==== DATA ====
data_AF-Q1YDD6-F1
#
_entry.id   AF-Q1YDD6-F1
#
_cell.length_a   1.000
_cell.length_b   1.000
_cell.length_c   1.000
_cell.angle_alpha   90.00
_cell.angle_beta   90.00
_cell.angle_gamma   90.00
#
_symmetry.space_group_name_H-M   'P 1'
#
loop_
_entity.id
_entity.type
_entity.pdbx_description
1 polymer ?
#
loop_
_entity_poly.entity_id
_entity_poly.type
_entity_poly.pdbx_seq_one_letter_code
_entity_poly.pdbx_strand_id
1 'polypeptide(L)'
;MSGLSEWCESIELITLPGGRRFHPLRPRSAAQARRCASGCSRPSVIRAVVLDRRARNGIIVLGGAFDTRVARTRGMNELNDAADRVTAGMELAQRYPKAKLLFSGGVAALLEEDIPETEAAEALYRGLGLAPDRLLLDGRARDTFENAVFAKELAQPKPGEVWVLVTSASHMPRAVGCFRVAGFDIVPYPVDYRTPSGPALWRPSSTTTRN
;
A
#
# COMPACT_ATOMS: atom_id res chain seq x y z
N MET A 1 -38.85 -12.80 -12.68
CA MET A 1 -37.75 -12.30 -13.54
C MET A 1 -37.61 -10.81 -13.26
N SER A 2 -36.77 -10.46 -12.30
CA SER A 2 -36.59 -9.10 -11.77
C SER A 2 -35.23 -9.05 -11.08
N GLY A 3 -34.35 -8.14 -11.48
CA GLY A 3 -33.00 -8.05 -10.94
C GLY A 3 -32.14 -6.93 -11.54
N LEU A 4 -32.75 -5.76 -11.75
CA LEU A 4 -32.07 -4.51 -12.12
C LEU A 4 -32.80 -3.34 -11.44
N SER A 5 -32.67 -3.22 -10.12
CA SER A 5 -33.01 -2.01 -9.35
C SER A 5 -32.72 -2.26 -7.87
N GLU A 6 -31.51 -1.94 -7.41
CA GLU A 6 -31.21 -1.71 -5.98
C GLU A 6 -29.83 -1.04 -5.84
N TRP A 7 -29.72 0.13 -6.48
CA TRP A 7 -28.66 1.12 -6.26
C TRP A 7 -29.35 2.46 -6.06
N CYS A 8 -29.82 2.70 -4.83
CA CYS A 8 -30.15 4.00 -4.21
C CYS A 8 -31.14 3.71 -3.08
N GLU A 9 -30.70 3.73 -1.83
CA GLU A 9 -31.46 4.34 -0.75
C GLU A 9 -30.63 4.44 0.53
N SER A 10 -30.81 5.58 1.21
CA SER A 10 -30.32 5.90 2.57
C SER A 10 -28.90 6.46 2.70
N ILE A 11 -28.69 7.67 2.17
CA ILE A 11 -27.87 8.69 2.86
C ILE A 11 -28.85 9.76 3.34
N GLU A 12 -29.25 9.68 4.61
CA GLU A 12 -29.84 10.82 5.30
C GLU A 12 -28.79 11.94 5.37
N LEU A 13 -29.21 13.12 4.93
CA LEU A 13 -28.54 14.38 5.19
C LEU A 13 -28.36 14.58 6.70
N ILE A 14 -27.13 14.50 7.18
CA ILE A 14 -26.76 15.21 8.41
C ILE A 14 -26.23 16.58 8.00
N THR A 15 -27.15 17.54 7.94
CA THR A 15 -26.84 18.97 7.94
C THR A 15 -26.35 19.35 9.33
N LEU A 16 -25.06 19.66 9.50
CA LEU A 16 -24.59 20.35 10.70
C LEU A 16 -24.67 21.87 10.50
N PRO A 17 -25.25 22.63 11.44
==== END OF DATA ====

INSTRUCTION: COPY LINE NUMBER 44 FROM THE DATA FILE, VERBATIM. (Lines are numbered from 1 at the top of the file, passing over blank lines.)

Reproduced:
CA SER A 5 -33.01 -2.01 -9.35